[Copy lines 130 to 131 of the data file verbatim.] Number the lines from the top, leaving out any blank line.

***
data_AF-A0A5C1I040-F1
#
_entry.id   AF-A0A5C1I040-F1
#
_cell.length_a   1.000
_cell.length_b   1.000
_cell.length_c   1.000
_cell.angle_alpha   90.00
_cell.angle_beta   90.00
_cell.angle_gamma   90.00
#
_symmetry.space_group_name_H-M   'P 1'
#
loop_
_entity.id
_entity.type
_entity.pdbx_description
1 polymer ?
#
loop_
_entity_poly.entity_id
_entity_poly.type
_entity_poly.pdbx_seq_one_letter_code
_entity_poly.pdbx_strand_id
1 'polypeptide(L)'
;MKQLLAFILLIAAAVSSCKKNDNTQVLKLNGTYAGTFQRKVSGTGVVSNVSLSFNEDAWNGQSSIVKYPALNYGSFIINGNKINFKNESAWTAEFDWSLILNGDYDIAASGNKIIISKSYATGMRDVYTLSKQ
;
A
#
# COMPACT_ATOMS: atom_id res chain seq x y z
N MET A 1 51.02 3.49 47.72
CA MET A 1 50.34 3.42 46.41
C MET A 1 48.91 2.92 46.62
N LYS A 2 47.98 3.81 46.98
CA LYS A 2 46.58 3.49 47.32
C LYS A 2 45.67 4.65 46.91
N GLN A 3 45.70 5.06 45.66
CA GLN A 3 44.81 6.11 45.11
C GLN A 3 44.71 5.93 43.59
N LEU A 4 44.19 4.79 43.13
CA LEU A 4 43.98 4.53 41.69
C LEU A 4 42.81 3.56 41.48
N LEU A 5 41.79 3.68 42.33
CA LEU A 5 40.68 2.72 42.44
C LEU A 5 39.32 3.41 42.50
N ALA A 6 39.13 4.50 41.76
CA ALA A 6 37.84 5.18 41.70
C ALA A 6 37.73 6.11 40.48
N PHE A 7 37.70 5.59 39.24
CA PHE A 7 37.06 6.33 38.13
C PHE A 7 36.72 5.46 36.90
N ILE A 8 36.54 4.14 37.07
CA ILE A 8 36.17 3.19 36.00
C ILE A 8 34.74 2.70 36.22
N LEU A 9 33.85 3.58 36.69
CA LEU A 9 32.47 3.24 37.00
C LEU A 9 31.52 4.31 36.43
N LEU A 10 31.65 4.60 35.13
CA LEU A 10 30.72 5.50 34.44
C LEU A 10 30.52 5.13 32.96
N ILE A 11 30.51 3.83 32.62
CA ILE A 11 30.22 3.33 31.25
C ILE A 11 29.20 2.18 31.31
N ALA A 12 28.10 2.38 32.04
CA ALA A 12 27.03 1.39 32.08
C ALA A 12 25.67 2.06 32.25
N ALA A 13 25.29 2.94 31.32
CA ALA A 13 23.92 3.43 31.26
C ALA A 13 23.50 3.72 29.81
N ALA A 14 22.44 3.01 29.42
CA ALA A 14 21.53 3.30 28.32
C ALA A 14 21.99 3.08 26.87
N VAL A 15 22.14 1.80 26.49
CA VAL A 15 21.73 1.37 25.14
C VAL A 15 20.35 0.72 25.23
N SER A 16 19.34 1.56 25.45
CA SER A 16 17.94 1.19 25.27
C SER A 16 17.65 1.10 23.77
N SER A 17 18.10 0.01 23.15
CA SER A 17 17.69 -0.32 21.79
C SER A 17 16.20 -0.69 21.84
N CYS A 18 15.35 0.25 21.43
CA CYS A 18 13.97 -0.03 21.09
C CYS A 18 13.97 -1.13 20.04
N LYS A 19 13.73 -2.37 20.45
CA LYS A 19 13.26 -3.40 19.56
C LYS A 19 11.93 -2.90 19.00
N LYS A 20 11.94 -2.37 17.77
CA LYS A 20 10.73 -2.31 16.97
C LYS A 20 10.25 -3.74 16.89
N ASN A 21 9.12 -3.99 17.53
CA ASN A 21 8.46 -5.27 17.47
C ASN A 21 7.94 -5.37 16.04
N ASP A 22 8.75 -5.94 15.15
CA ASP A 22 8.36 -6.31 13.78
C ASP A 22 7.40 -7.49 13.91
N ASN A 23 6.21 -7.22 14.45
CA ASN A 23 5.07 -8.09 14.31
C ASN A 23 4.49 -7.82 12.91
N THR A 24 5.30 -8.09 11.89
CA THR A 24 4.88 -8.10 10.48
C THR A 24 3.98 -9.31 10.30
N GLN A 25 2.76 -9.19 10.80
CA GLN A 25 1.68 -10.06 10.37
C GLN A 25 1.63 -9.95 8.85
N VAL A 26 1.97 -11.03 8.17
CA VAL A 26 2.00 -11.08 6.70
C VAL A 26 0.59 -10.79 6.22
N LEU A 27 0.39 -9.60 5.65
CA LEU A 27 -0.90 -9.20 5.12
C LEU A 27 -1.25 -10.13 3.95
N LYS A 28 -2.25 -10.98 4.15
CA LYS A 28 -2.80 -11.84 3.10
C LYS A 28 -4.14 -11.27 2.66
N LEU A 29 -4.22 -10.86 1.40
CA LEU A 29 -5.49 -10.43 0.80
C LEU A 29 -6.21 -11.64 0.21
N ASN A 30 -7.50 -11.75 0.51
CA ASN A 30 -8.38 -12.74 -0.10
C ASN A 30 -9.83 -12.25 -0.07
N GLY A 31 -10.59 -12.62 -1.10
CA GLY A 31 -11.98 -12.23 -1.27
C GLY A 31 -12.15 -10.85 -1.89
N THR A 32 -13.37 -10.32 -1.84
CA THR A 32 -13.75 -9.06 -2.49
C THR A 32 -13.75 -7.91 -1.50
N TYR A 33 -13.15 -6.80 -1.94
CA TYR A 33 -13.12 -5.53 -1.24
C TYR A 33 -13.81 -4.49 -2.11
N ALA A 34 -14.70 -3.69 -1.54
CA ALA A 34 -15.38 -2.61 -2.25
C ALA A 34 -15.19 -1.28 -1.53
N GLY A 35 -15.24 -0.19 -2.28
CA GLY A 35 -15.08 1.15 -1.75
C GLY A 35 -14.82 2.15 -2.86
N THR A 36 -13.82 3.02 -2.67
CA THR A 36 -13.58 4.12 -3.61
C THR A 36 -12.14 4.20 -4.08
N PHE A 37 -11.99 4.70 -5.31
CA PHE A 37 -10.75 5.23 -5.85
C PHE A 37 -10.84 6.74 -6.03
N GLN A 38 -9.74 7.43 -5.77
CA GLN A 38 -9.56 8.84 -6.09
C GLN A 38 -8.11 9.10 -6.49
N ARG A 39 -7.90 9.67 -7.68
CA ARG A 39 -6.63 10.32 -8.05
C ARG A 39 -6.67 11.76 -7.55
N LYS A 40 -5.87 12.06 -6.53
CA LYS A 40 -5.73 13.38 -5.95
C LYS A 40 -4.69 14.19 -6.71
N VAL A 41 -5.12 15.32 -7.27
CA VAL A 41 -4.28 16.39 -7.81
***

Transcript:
N ALA A 34 -14.70 -3.69 -1.54
CA ALA A 34 -15.38 -2.61 -2.25